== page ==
The World Bank’s International Finance Corp. (IFC) has signed a project services agreement with the Congo Republic to assess the feasibility of the 400- to 1,000-MW Sounda Gorge hydroelectric project in the Congo Republic (CR).
Under the agreement signed October 11, IFC is to carry out studies that will assess the potential for a hydropower project with strong environmental and social safeguards at Sounda Gorge on the Kouilou River. The World Bank invited expressions of interest in March from technical, environmental and electricity market consultants to advance development of the project.
The CR government and IFC agreed in February that IFC would serve as lead transaction adviser to develop the Sounda Gorge project on a public-private partnership basis. IFC is to develop a detailed implementation plan and budget for the project prior to negotiating a financial advisory services agreement.
IFC now is to consider a range of scenarios for establishing a dam and hydroelectric power plant, undertaking detailed engineering, environmental, social and market studies, as well as a legal analysis. The agreement ensures that IFC’s due diligence will be carried out in accordance with IFC’s performance standards.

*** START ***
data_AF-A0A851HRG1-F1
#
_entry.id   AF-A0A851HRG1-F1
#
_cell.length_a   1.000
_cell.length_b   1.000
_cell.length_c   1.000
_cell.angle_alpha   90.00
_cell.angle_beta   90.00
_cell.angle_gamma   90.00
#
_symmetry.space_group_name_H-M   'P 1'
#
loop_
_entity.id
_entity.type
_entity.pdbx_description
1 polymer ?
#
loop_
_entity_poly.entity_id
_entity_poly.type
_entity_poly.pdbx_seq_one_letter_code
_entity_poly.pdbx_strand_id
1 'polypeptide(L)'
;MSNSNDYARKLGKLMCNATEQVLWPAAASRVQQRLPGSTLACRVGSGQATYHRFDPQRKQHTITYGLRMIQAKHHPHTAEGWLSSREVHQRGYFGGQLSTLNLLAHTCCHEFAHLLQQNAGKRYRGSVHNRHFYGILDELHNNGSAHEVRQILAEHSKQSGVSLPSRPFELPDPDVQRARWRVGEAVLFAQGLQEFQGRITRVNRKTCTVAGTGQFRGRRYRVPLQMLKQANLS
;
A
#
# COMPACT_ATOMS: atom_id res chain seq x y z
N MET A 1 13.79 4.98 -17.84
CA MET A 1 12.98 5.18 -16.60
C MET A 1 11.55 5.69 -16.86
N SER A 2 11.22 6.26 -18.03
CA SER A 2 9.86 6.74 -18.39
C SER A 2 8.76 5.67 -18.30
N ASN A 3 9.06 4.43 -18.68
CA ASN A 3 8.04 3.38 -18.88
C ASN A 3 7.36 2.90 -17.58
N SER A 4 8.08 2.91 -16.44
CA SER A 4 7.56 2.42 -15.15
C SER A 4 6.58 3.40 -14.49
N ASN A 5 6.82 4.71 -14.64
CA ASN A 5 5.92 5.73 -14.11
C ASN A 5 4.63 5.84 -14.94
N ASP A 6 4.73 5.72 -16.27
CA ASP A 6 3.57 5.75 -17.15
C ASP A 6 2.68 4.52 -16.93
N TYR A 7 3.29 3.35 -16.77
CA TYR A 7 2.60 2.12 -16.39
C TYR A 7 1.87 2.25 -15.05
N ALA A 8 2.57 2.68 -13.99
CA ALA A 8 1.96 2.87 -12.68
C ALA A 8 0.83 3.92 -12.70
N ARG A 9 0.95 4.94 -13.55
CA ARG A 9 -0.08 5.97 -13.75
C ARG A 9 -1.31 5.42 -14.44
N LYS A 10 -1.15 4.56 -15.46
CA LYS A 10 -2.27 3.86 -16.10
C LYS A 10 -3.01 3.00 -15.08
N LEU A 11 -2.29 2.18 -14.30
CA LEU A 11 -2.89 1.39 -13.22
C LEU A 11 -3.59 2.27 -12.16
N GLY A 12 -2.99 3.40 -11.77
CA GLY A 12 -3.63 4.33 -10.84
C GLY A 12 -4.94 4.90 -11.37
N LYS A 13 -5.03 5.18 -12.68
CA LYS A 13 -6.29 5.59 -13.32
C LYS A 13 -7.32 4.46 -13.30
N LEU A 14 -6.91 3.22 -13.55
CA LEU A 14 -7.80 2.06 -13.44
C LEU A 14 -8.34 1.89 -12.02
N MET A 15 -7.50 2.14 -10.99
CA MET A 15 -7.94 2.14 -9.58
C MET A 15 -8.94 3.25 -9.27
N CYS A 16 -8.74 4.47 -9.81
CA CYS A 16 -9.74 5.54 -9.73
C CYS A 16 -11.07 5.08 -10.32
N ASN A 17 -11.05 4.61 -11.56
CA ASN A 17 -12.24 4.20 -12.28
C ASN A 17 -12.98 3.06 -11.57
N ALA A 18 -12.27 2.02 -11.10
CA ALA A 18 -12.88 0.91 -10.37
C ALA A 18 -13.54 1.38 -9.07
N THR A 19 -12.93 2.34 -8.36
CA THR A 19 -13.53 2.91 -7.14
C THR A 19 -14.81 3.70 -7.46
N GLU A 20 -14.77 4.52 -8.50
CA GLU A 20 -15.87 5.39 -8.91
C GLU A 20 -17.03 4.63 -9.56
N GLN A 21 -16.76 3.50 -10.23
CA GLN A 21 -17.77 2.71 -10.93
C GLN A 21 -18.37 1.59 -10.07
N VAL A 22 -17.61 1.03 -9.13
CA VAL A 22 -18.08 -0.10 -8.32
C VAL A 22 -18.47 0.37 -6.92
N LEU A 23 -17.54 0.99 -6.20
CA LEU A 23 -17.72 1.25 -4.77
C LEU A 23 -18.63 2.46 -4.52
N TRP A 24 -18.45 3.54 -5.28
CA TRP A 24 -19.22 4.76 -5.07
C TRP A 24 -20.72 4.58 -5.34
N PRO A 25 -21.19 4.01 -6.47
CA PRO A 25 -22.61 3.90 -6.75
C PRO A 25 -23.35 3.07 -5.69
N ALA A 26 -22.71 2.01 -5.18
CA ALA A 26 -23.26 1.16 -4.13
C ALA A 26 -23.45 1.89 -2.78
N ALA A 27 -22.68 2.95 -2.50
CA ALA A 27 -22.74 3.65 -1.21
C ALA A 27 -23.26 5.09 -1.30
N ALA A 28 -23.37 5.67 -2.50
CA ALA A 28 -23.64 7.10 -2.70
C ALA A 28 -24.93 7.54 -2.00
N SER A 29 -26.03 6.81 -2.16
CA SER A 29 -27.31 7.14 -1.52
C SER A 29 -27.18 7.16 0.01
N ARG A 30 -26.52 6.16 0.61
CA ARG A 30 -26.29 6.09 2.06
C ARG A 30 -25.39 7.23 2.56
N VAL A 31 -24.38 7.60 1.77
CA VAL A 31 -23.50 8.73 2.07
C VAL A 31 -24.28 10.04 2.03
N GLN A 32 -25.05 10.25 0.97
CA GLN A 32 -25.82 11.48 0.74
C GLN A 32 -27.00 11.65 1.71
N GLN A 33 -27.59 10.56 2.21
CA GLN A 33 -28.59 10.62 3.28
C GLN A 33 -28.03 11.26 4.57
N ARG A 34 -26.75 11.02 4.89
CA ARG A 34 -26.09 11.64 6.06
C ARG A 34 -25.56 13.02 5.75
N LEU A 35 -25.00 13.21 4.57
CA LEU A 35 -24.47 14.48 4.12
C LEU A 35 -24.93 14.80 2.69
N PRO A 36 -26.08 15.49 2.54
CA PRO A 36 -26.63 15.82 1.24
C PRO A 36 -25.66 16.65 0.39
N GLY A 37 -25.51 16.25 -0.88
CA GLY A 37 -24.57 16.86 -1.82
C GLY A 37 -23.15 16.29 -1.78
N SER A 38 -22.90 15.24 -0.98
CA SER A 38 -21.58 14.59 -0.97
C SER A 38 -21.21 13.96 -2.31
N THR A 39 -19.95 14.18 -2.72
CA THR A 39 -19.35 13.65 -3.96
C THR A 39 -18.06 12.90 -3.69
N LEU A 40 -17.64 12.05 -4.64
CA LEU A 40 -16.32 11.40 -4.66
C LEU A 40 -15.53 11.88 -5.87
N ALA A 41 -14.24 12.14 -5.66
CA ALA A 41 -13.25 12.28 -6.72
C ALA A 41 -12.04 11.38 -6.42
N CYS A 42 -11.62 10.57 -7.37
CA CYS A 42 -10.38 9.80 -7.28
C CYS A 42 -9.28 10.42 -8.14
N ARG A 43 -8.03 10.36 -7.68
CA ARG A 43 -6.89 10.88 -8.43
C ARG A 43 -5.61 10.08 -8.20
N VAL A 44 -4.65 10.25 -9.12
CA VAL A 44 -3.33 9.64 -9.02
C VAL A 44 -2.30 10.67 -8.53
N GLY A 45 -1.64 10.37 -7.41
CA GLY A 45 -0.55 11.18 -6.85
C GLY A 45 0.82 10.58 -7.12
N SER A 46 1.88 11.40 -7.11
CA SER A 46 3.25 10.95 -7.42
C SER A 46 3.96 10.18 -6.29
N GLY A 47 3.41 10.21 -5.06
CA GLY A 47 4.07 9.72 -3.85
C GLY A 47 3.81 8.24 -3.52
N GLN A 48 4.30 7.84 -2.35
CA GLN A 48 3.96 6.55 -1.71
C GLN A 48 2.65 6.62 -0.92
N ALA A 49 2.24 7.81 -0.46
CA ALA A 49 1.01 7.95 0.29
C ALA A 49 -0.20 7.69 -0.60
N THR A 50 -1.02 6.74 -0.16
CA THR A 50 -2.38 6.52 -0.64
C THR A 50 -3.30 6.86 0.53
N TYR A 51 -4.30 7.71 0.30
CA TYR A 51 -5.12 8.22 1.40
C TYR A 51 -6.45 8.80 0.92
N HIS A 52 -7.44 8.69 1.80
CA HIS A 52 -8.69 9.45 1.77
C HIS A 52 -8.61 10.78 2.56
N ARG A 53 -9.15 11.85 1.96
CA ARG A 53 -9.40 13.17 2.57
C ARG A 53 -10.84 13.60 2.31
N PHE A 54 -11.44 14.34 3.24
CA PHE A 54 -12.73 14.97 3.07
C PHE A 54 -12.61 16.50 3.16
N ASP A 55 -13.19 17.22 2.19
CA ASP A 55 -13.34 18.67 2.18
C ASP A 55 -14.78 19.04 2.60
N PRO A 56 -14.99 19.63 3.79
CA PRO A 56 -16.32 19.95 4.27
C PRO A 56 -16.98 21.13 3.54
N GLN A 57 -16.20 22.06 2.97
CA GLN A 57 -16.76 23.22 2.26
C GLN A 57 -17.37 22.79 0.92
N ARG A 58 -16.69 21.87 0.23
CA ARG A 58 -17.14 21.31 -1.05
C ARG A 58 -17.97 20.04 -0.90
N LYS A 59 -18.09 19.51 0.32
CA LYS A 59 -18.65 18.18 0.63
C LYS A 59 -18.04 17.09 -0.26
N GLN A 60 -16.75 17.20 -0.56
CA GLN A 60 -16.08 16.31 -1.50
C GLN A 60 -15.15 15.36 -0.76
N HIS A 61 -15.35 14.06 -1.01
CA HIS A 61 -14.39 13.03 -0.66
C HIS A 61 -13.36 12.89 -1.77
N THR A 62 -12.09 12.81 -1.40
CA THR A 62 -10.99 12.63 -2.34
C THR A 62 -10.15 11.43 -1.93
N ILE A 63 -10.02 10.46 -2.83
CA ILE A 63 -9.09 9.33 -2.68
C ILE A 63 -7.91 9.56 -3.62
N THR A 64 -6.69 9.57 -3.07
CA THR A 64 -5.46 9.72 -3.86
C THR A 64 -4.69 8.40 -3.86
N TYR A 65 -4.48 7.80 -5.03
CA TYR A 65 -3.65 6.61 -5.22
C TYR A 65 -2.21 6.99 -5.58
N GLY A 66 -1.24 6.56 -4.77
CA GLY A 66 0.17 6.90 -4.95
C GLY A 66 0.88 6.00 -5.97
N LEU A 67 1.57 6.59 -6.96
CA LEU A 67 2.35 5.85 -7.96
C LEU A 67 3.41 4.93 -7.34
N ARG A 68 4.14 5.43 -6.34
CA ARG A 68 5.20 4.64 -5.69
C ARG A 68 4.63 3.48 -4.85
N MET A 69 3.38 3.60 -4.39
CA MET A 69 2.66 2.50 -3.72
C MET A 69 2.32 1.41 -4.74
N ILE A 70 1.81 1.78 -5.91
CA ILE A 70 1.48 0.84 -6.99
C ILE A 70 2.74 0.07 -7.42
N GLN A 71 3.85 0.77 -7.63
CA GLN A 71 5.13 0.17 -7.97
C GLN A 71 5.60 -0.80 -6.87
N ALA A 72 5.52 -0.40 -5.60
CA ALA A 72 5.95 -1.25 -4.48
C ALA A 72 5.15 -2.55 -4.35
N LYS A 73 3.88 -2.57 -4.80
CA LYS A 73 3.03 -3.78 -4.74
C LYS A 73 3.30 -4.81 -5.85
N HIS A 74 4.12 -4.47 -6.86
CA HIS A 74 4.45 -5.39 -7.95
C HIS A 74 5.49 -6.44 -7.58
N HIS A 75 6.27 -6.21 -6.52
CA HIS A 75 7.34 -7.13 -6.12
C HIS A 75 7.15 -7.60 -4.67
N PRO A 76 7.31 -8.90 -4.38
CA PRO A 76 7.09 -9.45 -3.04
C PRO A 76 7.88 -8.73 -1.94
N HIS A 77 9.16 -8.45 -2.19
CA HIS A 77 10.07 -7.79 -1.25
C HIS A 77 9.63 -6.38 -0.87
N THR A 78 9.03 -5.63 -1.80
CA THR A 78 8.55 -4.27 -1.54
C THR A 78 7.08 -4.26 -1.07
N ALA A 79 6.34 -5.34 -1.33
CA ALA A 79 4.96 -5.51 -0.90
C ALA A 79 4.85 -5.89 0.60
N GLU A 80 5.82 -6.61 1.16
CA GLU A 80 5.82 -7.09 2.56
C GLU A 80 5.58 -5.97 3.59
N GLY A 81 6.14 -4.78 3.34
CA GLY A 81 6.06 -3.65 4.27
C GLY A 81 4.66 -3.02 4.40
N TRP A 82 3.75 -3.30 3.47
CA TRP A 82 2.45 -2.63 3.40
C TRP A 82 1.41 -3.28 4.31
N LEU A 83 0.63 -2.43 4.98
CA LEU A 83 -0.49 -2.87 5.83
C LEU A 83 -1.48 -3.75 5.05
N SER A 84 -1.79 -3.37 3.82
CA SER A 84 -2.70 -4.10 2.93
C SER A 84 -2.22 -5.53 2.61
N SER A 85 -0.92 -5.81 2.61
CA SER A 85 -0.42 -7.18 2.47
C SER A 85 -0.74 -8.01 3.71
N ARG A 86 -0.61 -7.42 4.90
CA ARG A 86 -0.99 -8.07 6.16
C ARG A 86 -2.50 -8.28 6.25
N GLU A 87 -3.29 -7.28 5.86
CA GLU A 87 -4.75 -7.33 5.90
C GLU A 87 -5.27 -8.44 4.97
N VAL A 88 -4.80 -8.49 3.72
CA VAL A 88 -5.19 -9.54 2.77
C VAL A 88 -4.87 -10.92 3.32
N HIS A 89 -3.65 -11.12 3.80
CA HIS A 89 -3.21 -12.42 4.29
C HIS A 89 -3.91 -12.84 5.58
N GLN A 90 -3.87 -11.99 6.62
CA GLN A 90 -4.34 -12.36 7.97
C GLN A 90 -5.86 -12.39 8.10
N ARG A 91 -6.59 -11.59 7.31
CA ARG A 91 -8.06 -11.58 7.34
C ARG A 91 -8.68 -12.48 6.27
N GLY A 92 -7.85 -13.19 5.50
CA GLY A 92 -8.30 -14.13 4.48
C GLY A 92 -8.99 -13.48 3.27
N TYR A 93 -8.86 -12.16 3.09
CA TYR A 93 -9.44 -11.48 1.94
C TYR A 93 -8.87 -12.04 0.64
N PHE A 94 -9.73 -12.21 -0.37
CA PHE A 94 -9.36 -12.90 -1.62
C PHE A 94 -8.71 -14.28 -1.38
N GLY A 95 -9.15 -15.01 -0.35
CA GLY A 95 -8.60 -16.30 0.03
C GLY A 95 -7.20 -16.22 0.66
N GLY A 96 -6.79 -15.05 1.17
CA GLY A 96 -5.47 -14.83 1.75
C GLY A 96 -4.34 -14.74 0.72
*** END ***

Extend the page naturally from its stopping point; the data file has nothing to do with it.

IFC is to carry out the studies over 18 months, providing information to help the government determine the most appropriate size for the project based on environmental and social considerations and the amount of electricity that can be consumed. The agency is to consider options for developing the project, including through public procurement and public-private partnerships.
The Congo Republic is preparing a pipeline of major infrastructure projects to be developed on a public-private partnership basis, including a large hydro project, most likely at Sounda Gorge. The government originally approved a deal in 2006 for Old Mutual Properties, a division of South African insurance giant Old Mutual, to finance building Sounda Gorge in Kouilou Department and the 600-MW Chollet hydro project in Sangha Department.
A pre-feasibility study performed in the 1950s concluded a hydro project built on the Kouilou and Niari rivers at Sounda Gorge could total up to 1,000 MW. However, the eventual capacity will depend on financing and likely environmental and social effects of the dam and reservoir. The government plans to examine one or more alternative sites upstream and downstream of Sounda Gorge before deciding the precise project location.